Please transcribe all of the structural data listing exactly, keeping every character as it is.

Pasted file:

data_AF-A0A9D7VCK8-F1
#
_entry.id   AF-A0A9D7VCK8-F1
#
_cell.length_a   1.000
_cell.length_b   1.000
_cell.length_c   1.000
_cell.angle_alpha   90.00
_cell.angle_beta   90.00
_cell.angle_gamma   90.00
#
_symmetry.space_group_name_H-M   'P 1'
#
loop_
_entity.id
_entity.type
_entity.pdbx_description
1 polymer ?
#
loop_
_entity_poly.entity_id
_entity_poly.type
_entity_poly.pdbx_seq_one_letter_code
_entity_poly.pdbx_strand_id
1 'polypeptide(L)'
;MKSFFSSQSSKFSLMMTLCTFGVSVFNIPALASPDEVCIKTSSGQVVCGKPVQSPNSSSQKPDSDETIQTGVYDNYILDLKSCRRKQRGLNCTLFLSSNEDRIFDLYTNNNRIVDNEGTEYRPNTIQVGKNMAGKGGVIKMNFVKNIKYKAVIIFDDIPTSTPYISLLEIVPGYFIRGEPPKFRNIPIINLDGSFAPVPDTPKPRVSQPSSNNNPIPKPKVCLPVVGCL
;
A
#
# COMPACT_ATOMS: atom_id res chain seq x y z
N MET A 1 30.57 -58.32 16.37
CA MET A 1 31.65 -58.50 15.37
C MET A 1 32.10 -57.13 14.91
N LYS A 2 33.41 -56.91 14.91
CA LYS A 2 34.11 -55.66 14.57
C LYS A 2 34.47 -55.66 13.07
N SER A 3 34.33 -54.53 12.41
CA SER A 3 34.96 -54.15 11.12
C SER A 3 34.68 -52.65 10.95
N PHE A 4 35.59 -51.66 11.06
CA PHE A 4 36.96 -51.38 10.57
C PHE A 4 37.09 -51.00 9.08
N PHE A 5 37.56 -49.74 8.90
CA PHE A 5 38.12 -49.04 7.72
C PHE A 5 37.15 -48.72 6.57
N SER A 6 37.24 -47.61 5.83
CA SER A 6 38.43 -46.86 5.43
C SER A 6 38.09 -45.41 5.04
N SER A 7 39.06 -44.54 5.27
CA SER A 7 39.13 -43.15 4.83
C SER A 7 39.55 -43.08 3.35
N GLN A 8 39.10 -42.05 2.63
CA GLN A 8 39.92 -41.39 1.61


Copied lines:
data_AF-A0A9D7VCK8-F1
#
_entry.id   AF-A0A9D7VCK8-F1
#
_cell.length_a   1.000
_cell.length_b   1.000
_cell.length_c   1.000
_cell.angle_alpha   90.00
_cell.angle_beta   90.00
_cell.angle_gamma   90.00
#
_symmetry.space_group_name_H-M   'P 1'
#
loop_
_entity.id
_entity.type
_entity.pdbx_description
1 polymer ?
#
loop_
_entity_poly.entity_id
_entity_poly.type
_entity_poly.pdbx_seq_one_letter_code
_entity_poly.pdbx_strand_id
1 'polypeptide(L)'
;MKSFFSSQSSKFSLMMTLCTFGVSVFNIPALASPDEVCIKTSSGQVVCGKPVQSPNSSSQKPDSDETIQTGVYDNYILDLKSCRRKQRGLNCTLFLSSNEDRIFDLYTNNNRIVDNEGTEYRPNTIQVGKNMAGKGGVIKMNFVKNIKYKAVIIFDDIPTSTPYISLLEIVPGYFIRGEPPKFRNIPIINLDGSFAPVPDTPKPRVSQPSSNNNPIPKPKVCLPVVGCL
;
A
#
# COMPACT_ATOMS: atom_id res chain seq x y z
N MET A 1 30.57 -58.32 16.37
CA MET A 1 31.65 -58.50 15.37
C MET A 1 32.10 -57.13 14.91
N LYS A 2 33.41 -56.91 14.91
CA LYS A 2 34.11 -55.66 14.57
C LYS A 2 34.47 -55.66 13.07
N SER A 3 34.33 -54.53 12.41
CA SER A 3 34.96 -54.15 11.12
C SER A 3 34.68 -52.65 10.95
N PHE A 4 35.59 -51.66 11.06
CA PHE A 4 36.96 -51.38 10.57
C PHE A 4 37.09 -51.00 9.08
N PHE A 5 37.56 -49.74 8.90
CA PHE A 5 38.12 -49.04 7.72
C PHE A 5 37.15 -48.72 6.57
N SER A 6 37.24 -47.61 5.83
CA SER A 6 38.43 -46.86 5.43
C SER A 6 38.09 -45.41 5.04
N SER A 7 39.06 -44.54 5.27
CA SER A 7 39.13 -43.15 4.83
C SER A 7 39.55 -43.08 3.35
N GLN A 8 39.10 -42.05 2.63
CA GLN A 8 39.92 -41.39 1.61